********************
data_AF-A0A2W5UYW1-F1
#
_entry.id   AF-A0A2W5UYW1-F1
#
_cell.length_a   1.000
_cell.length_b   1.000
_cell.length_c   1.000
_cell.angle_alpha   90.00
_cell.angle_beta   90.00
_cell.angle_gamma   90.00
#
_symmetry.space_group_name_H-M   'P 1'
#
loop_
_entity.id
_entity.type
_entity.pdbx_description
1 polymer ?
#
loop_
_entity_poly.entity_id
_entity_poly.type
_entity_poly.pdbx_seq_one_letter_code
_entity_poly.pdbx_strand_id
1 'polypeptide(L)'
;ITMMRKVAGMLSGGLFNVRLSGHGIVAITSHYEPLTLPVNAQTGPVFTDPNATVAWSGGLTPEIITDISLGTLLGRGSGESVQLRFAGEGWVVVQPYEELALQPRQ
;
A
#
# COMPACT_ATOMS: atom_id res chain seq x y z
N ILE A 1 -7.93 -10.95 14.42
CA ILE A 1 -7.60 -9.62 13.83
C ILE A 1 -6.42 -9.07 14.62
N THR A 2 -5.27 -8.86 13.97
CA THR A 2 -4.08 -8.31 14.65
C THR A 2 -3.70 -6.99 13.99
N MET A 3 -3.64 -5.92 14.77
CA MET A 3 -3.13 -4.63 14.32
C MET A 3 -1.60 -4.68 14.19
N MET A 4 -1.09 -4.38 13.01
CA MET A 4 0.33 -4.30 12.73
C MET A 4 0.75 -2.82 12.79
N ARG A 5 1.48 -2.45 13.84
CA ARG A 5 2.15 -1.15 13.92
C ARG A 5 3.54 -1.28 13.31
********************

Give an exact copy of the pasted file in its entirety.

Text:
data_AF-A0A2W5UYW1-F1
#
_entry.id   AF-A0A2W5UYW1-F1
#
_cell.length_a   1.000
_cell.length_b   1.000
_cell.length_c   1.000
_cell.angle_alpha   90.00
_cell.angle_beta   90.00
_cell.angle_gamma   90.00
#
_symmetry.space_group_name_H-M   'P 1'
#
loop_
_entity.id
_entity.type
_entity.pdbx_description
1 polymer ?
#
loop_
_entity_poly.entity_id
_entity_poly.type
_entity_poly.pdbx_seq_one_letter_code
_entity_poly.pdbx_strand_id
1 'polypeptide(L)'
;ITMMRKVAGMLSGGLFNVRLSGHGIVAITSHYEPLTLPVNAQTGPVFTDPNATVAWSGGLTPEIITDISLGTLLGRGSGESVQLRFAGEGWVVVQPYEELALQPRQ
;
A
#
# COMPACT_ATOMS: atom_id res chain seq x y z
N ILE A 1 -7.93 -10.95 14.42
CA ILE A 1 -7.60 -9.62 13.83
C ILE A 1 -6.42 -9.07 14.62
N THR A 2 -5.27 -8.86 13.97
CA THR A 2 -4.08 -8.31 14.65
C THR A 2 -3.70 -6.99 13.99
N MET A 3 -3.64 -5.92 14.77
CA MET A 3 -3.13 -4.63 14.32
C MET A 3 -1.60 -4.68 14.19
N MET A 4 -1.09 -4.38 13.01
CA MET A 4 0.33 -4.30 12.73
C MET A 4 0.75 -2.82 12.79
N ARG A 5 1.48 -2.45 13.84
CA ARG A 5 2.15 -1.15 13.92
C ARG A 5 3.54 -1.28 13.31